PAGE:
PNM filing states past investments into power plant were prudent based on available information
Company is seeking to transfer ownership share to NTEC
AZTEC — The Public Service Company of New Mexico argues that, based on the information available at the time, it made the right decision for customers when it chose to invest in upgrades at the Four Corners Power Plant in 2013.
Those investments reduced emissions and allowed for the power plant to continue operating, the company says.
Now, less than a decade later, PNM is seeking to transfer its 13% ownership, or approximately 200 megawatt share, of the power plant to the Navajo Transitional Energy Company.
Upon orders from New Mexico Public Regulation Commission hearing examiners, PNM filed an amended application this week that addressed the prudence of those investments made to keep the power plant operating.
PNM is seeking more than just approval of the transfer of assets. It has also asked for securitization, or low-interest bonds, that will refinance the past investments into the power plant while also providing funding to assist the community and workers.
The PRC previously approved El Paso Electric's application to transfer its 7% ownership in the Four Corners Power Plant to NTEC, but that was before the passage of the Energy Transition Act. That meant El Paso Electric was not able to ask for securitization.
The Energy Transition Act's securitization mechanism has only been used once — when PNM applied to abandon the San Juan Generating Station, meaning it will no longer operate the power plant after 2022. However, the securitization has been challenged at the New Mexico Supreme Court level.
The amended application filed this week states that transferring its ownership share of the power plant to NTEC will save customers between $30 million and $300 million. PNM officials further argue that the investments made in the plant were prudent and should not have bearing on the current application.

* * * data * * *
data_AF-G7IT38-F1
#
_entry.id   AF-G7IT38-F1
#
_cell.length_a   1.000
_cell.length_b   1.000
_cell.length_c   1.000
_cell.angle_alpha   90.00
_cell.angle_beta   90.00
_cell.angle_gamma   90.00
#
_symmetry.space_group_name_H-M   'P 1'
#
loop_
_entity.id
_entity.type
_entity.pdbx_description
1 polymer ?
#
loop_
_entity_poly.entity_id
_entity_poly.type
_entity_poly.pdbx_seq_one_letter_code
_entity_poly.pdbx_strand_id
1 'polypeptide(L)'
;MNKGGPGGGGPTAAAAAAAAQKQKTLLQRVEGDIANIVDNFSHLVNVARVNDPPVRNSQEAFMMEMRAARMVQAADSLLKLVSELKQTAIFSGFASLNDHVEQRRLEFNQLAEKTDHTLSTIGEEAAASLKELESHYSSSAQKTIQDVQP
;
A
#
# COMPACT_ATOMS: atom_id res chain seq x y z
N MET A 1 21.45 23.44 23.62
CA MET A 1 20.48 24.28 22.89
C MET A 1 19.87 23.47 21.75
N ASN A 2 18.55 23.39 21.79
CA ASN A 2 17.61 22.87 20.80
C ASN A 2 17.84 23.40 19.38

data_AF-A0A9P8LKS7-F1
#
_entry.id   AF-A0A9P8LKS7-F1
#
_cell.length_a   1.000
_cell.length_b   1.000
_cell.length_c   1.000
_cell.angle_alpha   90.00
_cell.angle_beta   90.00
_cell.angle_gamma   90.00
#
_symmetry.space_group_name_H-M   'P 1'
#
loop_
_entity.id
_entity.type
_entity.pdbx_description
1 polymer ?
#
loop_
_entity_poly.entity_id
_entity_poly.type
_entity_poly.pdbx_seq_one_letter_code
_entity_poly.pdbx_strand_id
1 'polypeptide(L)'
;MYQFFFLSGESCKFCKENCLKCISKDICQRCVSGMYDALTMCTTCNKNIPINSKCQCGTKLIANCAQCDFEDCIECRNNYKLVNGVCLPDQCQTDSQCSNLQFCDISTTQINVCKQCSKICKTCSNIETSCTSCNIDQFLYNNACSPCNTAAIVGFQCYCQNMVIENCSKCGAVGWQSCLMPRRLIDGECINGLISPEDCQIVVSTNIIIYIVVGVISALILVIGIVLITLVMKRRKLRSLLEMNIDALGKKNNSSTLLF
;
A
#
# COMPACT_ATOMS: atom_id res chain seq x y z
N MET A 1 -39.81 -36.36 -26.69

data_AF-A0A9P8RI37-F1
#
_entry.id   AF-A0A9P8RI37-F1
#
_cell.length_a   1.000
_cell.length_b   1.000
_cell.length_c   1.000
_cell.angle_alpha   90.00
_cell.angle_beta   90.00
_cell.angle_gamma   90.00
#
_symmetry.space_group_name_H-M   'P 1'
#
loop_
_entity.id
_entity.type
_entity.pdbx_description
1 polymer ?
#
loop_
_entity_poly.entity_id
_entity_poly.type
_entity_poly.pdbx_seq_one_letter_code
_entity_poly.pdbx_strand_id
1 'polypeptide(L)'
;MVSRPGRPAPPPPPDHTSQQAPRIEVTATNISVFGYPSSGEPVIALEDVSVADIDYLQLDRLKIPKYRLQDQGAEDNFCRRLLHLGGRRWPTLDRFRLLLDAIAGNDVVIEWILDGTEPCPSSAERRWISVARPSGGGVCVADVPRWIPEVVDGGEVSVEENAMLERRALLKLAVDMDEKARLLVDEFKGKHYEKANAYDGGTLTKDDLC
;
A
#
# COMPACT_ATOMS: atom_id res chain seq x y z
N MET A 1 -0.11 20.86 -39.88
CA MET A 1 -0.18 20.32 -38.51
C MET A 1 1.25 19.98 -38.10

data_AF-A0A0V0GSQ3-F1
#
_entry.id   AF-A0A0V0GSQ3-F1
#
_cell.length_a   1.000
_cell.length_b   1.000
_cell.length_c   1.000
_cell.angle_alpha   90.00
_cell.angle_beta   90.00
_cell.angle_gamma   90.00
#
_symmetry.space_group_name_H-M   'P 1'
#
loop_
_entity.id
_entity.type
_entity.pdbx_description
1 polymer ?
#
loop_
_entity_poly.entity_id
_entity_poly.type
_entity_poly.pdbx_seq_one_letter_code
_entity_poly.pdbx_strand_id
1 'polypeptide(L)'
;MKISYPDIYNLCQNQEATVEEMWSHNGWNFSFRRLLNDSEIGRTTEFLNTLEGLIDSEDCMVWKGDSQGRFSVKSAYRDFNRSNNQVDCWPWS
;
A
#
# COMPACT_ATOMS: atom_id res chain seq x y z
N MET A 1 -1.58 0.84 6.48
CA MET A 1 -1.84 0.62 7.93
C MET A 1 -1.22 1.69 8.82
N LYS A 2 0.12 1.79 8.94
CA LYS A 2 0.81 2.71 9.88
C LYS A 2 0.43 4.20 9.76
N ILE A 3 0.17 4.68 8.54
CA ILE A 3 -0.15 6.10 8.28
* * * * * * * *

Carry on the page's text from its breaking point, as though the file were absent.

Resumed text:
The PRC hearing examiners asked PNM to address the prudence of those investments because that question was left unanswered in a 2016 rate case. The 2016 case postponed the decision on the prudence of investments until the next rate case, which has not yet been filed. However, if securitization is approved, customers will be asked to pay a nonbypassable energy transition charge. That means the customers will be paying for those investments, which some environmental advocacy groups say were imprudent and should be borne by shareholders rather than ratepayers.
PNM estimates those energy transition charges could be $1.32 per month for residential customers who use less than 900 kilowatt hours monthly. Meanwhile, residential customers who use more electricity could be charged $3.44 per month.
PNM is seeking $276 million in securitization, which includes refinancing the past investments into the power plant that it still owes money on.
Environmental advocates say PNM should have left the coal-fired power plant in 2013 when it had the opportunity rather than continuing to invest money into upgrades. A 2016 rate case left the question of the prudence of those investments for a future rate case, but that future rate case has not yet happened. That led to the PRC hearing commissioners requesting information about the past prudence of investments into the Four Corners Power Plant.
The investments include $90.1 million for selective catalytic reduction pollution controls and $58.6 million in capital investments to make sure the power plant could continue operating.
PNM Executive Director of Regulatory Policy and Case Management Mark Fenton argues in testimony included in this week's filing that based on the information PNM had in 2013, extending its use of the Four Corners Power Plant and making those investments was prudent because evaluations indicated it would lead to customer savings of between $46 million and $180 million compared to the alternatives that were available at the time.
Additionally, Fenton argues that the prudence of those investments should not have a bearing on the PRC’s decision regarding abandonment and financing.
Meanwhile, PNM Vice President of Generation Thomas Fallgren states in his testimony that PNM began having discussions with the other Four Corners Power Plant owners in 2018 regarding the potential for the utility to exit the power plant early.
Fallgren highlighted that other participants, including the Arizona Public Service Company, have been phasing out coal. He highlighted APS testimony to the Arizona Corporations Commission stating that APS is keeping Four Corners running through 2031 to prevent jeopardizing system reliability as other coal-fired power plants close.
However, APS and the other owners of Four Corners Power Plant plan to switch to seasonal operations at one of the two units at the Four Corners Power Plant.
Hannah Grover covers government for The Daily Times. She can be reached at 505-564-4652 or via email at firstname.lastname@example.org.
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